How do you define a High Quality Lead?


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This morning I read a post by Jeremy Victor (@jeremyvictor), Are B2B Marketers Shooting for The Wrong Target?, and it got me thinking. The premise of the post is based on a Marketing Sherpa Tweet that states the #1 challenge for B2B marketers is generating high quality leads. Jeremy questioned the definition of a "high quality lead" and wondered if the focus should change to generating interest and keeping attention. Both are pertinent, but perhaps missing the point in how I'm thinking about it.

I agree with his assertion that the definition will differ greatly based on who you ask. There are times when it should and times when it definitely should not.

Within your own company, there should be one definition of a "high quality lead" that both marketing and sales have agreed to and are using. The reason this is such a challenge is that an agreed-to definition that directs behavior and objectives across the pipeline is generally lacking in most companies. Either that or the definition they have is too broad to be useful.

For example: We serve CIOs in companies with revenues of more than $100M in the Financial Services, Telecom and Healthcare industries.

This is the type of definition I hear most often and isn't all that helpful.

Part of the problem is often that marketing and sales view the idea of "leads" differently. Quality is in the eye of the beholder, if you will.

  • Marketing is searching for and cultivating leads who are likely to become your customers at some point – meaning that they could actually need what you sell to fix a high-priority business problem. Marketers need to have a big-picture view to ensure they can fuel a continuous pipeline.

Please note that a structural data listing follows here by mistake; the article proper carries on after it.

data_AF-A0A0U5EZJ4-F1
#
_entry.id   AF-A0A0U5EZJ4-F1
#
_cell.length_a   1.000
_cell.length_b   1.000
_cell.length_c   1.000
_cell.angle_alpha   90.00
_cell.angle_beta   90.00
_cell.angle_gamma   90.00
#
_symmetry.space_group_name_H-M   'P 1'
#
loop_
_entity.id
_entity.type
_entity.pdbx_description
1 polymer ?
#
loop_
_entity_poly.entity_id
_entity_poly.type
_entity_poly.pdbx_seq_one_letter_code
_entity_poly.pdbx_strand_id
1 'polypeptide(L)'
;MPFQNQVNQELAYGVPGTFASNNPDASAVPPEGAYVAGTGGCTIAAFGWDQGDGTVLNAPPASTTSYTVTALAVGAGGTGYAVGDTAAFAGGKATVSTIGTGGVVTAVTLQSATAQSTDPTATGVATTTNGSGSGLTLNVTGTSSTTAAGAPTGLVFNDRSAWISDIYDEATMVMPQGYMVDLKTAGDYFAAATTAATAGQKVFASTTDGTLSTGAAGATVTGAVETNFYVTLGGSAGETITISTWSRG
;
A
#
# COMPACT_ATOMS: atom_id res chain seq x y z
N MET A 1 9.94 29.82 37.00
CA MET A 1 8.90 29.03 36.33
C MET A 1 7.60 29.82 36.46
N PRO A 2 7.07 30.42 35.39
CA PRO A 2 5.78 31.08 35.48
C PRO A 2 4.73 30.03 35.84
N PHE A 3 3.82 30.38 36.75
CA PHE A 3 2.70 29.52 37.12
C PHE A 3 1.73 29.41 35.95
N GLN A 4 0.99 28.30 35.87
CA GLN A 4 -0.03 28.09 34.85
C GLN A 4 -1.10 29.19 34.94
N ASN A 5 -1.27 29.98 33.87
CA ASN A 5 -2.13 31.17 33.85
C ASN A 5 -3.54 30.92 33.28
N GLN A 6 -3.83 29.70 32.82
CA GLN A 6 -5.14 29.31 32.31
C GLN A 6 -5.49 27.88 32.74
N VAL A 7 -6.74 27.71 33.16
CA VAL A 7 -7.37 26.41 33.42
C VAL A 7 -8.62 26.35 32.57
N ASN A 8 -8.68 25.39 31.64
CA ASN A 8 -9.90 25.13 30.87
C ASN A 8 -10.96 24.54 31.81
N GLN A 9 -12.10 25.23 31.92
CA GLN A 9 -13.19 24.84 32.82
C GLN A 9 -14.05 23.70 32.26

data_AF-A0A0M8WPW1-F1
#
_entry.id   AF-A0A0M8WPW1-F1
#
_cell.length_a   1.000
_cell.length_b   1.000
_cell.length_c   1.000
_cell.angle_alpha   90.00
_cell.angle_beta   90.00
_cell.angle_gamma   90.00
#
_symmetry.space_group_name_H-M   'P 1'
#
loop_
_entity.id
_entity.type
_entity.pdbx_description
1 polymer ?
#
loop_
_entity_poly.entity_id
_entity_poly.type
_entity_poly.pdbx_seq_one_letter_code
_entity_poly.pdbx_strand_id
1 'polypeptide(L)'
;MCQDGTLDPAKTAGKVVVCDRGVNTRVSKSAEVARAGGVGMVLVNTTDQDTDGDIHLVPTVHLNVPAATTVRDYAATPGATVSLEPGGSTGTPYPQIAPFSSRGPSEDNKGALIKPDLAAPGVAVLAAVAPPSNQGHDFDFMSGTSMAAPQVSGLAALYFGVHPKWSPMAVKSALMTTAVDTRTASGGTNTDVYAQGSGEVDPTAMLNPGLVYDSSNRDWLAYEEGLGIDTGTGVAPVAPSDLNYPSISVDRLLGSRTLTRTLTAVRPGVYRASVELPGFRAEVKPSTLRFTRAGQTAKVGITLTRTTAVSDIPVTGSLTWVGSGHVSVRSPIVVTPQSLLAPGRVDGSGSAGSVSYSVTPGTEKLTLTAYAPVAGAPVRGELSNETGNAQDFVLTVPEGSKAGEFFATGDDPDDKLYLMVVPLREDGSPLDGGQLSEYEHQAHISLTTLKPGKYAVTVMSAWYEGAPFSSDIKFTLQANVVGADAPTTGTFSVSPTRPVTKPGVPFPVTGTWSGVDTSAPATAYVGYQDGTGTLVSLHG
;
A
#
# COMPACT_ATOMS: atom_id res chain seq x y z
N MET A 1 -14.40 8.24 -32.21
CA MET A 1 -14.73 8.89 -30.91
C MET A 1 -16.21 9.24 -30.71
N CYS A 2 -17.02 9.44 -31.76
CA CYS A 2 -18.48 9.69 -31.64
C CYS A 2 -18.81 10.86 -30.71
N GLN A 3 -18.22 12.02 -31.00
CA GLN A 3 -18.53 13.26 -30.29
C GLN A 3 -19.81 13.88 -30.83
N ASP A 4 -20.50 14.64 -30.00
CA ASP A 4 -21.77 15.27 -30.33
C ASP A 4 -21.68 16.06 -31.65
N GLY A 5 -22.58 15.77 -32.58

• Sales wants to pursue leads who will become customers in short order. [Read, NOW] Salespeople have a laser focus intent on meeting short-term revenue goals.

In order to serve both sides, the definition of a "high quality lead" must address these differences in perspective. It's more a matter of degree than an either/or. Your pipeline will have people at various levels of qualification depending upon their stage in the buying process.

As for when the definition of quality should differ, it's that definition in relation to different companies. My company's personas should not be the same as your company's personas. My high quality leads will not be the same as your high quality leads.

I know you're asking why not, so let's take a look at a few possibile scenarios:

  • Our cultures are different. A good fit for your company may be a terrible fit for mine.
  • Our expertise is different. My methodology works best with specific types of companies. Yours works best with others.
  • Risk tolerance varies. A lead that's a fast-moving early adopter is more suited to working with vendors that act in a similar fashion. A laggard that's slow to change will need a different approach that ensures risk is minimized.
  • Account entry strategies are different. If you pursue only the decision maker and I go in lower and work up with the help of an influencer, our definition of a high quality lead will be different.